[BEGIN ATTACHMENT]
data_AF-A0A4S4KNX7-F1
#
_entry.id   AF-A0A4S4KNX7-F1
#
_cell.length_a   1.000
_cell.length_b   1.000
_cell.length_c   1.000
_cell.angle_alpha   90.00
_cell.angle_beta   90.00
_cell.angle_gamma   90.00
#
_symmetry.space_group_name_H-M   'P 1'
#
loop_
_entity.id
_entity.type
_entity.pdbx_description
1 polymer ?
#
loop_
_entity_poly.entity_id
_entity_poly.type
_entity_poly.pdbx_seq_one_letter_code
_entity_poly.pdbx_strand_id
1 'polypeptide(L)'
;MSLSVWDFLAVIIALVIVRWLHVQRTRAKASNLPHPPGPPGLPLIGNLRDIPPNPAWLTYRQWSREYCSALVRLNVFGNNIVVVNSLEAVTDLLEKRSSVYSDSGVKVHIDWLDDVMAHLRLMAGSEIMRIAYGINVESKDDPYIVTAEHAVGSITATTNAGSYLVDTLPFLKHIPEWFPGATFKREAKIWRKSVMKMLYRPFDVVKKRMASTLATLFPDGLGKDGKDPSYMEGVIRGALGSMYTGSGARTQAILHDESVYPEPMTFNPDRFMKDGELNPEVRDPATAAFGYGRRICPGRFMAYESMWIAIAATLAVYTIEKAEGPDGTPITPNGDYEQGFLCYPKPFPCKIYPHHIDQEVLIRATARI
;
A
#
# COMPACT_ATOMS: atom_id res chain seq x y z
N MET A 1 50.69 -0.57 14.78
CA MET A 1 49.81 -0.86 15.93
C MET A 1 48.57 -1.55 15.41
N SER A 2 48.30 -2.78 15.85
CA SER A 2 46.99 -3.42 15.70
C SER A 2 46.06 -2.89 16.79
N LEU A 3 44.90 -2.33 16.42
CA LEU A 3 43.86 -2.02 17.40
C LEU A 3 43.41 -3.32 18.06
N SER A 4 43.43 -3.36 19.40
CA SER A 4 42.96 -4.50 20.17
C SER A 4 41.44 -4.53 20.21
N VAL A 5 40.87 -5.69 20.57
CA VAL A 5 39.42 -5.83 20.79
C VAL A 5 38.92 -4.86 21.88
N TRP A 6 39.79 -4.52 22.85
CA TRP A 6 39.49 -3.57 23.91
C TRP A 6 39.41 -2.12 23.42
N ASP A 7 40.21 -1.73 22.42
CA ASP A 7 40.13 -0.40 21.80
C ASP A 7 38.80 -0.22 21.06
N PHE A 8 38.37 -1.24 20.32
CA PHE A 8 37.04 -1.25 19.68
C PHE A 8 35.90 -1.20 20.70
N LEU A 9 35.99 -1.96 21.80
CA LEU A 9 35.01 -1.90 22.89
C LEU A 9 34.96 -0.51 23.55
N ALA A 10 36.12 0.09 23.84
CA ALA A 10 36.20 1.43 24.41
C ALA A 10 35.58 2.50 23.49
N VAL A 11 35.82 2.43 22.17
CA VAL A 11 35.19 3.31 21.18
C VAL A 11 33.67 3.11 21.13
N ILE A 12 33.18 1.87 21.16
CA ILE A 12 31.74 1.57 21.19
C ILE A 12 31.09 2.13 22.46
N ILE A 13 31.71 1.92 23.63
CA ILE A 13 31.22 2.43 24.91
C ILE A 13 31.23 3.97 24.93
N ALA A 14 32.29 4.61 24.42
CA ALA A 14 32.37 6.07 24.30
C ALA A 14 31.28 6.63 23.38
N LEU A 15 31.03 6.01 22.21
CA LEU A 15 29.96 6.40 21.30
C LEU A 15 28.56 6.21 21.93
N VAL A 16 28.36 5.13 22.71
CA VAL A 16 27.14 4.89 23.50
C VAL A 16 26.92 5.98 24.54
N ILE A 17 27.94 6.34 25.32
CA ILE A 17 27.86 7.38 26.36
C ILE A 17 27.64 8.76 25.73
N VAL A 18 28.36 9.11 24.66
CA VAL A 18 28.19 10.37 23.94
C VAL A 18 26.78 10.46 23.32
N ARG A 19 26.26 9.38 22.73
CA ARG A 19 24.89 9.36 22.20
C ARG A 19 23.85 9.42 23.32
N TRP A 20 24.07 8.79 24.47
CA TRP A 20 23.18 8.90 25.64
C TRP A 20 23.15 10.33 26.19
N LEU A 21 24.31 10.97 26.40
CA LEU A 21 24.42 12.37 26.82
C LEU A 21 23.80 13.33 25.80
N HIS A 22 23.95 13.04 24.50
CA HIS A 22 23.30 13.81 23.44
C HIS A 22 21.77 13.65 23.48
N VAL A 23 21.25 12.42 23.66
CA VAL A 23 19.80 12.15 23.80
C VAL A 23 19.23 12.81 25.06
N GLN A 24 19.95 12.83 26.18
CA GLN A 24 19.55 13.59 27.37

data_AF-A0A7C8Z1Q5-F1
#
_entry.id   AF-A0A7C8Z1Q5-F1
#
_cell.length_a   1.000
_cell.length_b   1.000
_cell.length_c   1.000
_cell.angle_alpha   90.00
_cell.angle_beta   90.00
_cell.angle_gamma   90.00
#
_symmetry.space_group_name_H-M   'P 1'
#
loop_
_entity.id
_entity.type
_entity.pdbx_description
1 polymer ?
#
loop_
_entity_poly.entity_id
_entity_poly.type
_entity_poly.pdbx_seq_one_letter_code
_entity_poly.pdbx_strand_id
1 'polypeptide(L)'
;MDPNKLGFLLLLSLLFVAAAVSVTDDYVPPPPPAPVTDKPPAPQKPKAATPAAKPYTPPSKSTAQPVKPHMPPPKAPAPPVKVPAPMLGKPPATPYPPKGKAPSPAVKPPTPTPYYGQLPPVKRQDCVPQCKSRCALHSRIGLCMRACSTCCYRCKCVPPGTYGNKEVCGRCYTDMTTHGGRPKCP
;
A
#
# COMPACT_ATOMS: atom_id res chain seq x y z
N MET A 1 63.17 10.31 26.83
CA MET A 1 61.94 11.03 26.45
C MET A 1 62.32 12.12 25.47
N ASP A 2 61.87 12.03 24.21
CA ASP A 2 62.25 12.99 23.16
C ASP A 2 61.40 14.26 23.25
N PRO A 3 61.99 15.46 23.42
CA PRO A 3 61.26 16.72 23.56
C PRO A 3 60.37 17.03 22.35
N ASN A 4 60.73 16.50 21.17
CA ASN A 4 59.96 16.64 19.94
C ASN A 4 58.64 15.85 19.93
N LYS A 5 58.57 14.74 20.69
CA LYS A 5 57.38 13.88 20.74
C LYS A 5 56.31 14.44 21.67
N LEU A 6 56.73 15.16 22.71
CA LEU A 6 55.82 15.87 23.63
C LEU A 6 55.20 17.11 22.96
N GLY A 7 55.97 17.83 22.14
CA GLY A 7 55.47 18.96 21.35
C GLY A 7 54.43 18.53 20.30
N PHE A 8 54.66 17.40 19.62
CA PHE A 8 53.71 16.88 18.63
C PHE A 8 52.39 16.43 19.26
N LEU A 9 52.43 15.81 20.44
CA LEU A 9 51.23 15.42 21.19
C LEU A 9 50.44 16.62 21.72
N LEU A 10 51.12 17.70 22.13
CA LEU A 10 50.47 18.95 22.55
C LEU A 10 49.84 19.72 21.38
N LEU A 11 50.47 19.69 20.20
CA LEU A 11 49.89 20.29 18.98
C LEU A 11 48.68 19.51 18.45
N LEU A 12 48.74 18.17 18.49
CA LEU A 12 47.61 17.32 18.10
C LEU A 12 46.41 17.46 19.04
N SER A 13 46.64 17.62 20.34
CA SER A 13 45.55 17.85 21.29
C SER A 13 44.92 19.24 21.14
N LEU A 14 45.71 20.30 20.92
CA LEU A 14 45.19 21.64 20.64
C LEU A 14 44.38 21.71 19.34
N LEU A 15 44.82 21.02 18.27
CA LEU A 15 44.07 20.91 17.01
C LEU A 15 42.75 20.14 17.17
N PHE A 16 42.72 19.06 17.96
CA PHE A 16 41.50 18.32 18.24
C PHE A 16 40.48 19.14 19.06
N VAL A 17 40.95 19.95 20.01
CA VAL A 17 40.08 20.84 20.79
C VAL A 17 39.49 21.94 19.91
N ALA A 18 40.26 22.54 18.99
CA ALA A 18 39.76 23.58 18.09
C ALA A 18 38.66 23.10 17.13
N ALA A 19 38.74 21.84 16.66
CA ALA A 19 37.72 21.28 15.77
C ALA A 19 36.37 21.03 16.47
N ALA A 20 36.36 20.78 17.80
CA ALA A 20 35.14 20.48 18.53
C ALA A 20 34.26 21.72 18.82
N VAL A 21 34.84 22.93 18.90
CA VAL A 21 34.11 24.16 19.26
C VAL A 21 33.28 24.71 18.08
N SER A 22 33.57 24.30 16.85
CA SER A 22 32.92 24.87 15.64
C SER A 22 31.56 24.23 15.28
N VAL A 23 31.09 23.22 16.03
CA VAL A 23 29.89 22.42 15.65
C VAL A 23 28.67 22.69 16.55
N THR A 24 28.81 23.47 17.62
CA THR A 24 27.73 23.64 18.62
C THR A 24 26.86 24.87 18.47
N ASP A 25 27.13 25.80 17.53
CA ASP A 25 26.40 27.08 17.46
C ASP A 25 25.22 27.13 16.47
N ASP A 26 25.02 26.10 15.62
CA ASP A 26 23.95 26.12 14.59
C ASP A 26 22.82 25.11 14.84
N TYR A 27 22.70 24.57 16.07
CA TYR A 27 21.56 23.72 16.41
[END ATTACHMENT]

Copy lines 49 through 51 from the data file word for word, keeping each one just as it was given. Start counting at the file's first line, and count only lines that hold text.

N ASP A 7 40.21 -1.73 22.42
CA ASP A 7 40.13 -0.40 21.80
C ASP A 7 38.80 -0.22 21.06